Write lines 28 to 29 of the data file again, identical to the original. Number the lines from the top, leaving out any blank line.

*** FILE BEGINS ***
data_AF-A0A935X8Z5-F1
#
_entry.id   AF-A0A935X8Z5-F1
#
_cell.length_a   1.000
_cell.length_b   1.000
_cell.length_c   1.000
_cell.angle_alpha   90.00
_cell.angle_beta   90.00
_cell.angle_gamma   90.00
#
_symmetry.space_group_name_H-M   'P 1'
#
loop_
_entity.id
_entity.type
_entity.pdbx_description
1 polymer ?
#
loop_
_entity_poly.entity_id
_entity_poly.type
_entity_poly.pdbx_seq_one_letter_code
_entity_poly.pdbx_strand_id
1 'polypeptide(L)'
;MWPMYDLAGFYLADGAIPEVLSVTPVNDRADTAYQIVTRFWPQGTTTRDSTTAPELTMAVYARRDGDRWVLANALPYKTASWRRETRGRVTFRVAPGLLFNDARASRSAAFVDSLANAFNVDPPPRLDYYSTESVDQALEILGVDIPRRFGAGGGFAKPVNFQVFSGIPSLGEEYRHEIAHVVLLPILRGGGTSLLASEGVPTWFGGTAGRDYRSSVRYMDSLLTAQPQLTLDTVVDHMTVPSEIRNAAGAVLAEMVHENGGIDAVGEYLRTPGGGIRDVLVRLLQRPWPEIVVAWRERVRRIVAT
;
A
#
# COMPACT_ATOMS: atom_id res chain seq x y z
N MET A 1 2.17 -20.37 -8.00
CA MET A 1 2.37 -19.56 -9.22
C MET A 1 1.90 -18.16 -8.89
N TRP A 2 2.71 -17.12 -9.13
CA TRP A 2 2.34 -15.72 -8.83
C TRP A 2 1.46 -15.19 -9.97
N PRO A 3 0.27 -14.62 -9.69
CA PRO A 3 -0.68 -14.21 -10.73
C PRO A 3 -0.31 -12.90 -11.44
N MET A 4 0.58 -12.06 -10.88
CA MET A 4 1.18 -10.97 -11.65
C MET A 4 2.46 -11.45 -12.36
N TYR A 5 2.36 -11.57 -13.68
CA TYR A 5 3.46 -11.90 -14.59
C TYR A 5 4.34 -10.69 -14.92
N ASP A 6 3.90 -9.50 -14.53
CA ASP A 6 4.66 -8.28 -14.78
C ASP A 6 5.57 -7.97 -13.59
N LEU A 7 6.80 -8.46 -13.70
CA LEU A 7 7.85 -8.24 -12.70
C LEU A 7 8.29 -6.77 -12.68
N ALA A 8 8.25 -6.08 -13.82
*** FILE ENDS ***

A
#